When the Patriots corner picked off a Landry Jones pass in the first quarter -- one that was intended for receiver Antonio Brown -- Butler stood up in the end zone, faced the Heinz Field crowd, stuck one arm in the air a and gyrated like someone had attached jumper cables to his facemask. 

He was doing his best to mimick one of Brown's well-known touchdown dances.

"Me and Brown had conversation before," Butler said, "and it was a joke to him once I showed him how I do it. Much love for that guy. Nothing personal."

For Butler, it was the highlight of what was a productive afternoon. The third-year corner was asked to shadow Brown for much of the day, and he allowed Brown to catch five of nine targets for 94 yards. He also broke up a pair of passes intended for Brown's teammates.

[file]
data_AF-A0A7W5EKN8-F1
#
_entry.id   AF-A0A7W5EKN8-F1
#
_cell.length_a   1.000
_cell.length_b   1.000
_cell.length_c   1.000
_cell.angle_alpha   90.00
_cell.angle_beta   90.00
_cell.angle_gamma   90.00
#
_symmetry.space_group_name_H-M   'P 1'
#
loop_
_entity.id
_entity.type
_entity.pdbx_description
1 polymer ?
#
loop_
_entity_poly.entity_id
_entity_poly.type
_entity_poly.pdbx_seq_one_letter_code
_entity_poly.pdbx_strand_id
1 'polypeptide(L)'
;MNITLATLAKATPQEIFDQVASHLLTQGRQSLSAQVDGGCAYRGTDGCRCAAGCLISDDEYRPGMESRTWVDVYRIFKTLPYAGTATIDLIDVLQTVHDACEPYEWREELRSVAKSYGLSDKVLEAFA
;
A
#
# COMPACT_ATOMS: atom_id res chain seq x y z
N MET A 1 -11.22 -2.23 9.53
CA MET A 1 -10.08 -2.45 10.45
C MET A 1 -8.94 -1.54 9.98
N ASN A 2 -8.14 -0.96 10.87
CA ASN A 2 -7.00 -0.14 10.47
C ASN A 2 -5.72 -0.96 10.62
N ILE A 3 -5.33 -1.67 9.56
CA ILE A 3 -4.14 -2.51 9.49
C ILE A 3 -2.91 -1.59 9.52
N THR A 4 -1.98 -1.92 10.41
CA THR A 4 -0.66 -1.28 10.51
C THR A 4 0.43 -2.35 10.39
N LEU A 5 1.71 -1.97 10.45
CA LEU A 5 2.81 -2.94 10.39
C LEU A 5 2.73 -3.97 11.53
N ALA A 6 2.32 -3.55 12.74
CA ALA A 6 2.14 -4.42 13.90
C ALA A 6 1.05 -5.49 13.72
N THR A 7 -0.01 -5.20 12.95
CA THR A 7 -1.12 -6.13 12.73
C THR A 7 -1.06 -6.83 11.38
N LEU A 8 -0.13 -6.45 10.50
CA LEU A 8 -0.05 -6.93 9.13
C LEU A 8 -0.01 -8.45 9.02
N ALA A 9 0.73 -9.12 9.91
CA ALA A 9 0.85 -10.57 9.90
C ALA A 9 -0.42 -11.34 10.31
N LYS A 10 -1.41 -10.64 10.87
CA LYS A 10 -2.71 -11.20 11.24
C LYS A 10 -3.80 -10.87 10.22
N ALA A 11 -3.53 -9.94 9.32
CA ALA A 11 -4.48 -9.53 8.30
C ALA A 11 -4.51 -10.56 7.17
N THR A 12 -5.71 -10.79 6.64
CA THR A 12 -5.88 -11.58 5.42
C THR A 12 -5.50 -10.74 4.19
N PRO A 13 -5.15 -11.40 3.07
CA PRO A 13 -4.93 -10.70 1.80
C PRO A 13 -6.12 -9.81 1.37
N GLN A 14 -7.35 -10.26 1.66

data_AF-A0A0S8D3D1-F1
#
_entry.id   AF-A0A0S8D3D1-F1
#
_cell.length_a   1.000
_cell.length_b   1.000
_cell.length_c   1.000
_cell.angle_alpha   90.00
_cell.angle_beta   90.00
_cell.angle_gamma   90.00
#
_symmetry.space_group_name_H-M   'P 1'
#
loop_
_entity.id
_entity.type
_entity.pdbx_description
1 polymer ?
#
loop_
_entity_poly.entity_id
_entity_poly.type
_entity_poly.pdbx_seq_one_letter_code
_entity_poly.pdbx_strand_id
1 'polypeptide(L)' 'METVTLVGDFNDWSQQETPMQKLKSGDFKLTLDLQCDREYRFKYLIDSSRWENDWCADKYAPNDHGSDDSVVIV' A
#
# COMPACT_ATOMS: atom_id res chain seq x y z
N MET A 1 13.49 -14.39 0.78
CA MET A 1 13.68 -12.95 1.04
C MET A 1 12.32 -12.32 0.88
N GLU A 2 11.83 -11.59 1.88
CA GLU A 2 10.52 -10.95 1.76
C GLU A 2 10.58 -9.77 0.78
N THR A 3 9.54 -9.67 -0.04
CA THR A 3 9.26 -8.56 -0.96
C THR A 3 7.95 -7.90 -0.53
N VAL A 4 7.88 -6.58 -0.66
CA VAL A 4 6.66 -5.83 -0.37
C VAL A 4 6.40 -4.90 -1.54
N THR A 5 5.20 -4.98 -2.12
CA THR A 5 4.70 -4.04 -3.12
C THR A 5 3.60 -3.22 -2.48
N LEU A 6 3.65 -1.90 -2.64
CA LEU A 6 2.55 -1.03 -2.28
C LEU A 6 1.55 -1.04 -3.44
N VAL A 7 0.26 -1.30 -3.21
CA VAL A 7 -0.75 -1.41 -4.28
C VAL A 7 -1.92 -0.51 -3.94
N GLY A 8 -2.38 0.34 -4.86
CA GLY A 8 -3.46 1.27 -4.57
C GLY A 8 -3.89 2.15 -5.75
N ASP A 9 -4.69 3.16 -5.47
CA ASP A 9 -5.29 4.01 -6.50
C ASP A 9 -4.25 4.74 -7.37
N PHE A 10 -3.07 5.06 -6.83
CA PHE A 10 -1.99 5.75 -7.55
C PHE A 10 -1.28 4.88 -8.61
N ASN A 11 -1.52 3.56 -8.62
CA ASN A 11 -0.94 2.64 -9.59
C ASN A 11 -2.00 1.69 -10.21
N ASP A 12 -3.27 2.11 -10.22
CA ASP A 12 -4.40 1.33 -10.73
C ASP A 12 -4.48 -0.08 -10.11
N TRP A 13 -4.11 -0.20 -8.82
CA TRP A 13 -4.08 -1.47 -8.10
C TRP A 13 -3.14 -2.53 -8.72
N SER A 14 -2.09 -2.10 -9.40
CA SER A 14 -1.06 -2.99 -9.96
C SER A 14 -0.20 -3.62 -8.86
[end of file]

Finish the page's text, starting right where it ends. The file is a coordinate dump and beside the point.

“Stopping Antonio Brown, that’s impossible," Butler said. "You can’t stop him. You can only slow him down. I just went out there and tried to compete today . . . Great players are going to make plays but you have to match their intensity.”
Even on the longest throw from backup quarterback Landry Jones to Brown, a 51-yarder, it appeared as though Butler played the coverage called correctly. 

Butler lined up across from Brown and trailed him underneath as Brown worked his jway from the left side of the field to the right. Butler was looking for some help over the top in that scenario, seemingly, but because Brown ran across the formation, it was hard for the back end of the defense to figure out who would be helping Butler. 

Belichick admitted as much after the game.